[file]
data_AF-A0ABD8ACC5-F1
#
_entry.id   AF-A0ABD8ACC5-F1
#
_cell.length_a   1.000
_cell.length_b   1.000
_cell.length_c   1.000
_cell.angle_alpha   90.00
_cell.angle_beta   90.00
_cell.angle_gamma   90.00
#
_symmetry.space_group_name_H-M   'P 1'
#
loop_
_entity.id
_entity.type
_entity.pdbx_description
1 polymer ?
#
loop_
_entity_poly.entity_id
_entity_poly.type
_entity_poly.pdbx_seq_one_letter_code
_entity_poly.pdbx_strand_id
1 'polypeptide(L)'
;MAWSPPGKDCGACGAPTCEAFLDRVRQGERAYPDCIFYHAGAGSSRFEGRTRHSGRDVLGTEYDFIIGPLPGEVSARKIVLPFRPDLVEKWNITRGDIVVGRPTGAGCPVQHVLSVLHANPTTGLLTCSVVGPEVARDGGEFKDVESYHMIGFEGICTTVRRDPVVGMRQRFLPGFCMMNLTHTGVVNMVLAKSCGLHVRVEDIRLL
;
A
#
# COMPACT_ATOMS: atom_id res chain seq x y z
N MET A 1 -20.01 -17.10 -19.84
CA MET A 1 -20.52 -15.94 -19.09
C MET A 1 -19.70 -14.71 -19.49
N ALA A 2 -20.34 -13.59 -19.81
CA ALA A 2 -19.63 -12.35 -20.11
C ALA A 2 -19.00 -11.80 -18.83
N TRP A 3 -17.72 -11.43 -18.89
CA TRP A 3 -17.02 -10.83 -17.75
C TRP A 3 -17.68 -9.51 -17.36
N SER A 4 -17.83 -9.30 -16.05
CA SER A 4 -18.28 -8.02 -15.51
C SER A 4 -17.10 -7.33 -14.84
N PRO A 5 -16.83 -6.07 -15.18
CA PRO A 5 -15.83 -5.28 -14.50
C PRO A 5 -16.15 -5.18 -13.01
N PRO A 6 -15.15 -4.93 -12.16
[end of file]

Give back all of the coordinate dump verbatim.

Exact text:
data_AF-A0ABD8ACC5-F1
#
_entry.id   AF-A0ABD8ACC5-F1
#
_cell.length_a   1.000
_cell.length_b   1.000
_cell.length_c   1.000
_cell.angle_alpha   90.00
_cell.angle_beta   90.00
_cell.angle_gamma   90.00
#
_symmetry.space_group_name_H-M   'P 1'
#
loop_
_entity.id
_entity.type
_entity.pdbx_description
1 polymer ?
#
loop_
_entity_poly.entity_id
_entity_poly.type
_entity_poly.pdbx_seq_one_letter_code
_entity_poly.pdbx_strand_id
1 'polypeptide(L)'
;MAWSPPGKDCGACGAPTCEAFLDRVRQGERAYPDCIFYHAGAGSSRFEGRTRHSGRDVLGTEYDFIIGPLPGEVSARKIVLPFRPDLVEKWNITRGDIVVGRPTGAGCPVQHVLSVLHANPTTGLLTCSVVGPEVARDGGEFKDVESYHMIGFEGICTTVRRDPVVGMRQRFLPGFCMMNLTHTGVVNMVLAKSCGLHVRVEDIRLL
;
A
#
# COMPACT_ATOMS: atom_id res chain seq x y z
N MET A 1 -20.01 -17.10 -19.84
CA MET A 1 -20.52 -15.94 -19.09
C MET A 1 -19.70 -14.71 -19.49
N ALA A 2 -20.34 -13.59 -19.81
CA ALA A 2 -19.63 -12.35 -20.11
C ALA A 2 -19.00 -11.80 -18.83
N TRP A 3 -17.72 -11.43 -18.89
CA TRP A 3 -17.02 -10.83 -17.75
C TRP A 3 -17.68 -9.51 -17.36
N SER A 4 -17.83 -9.30 -16.05
CA SER A 4 -18.28 -8.02 -15.51
C SER A 4 -17.10 -7.33 -14.84
N PRO A 5 -16.83 -6.07 -15.18
CA PRO A 5 -15.83 -5.28 -14.50
C PRO A 5 -16.15 -5.18 -13.01
N PRO A 6 -15.15 -4.93 -12.16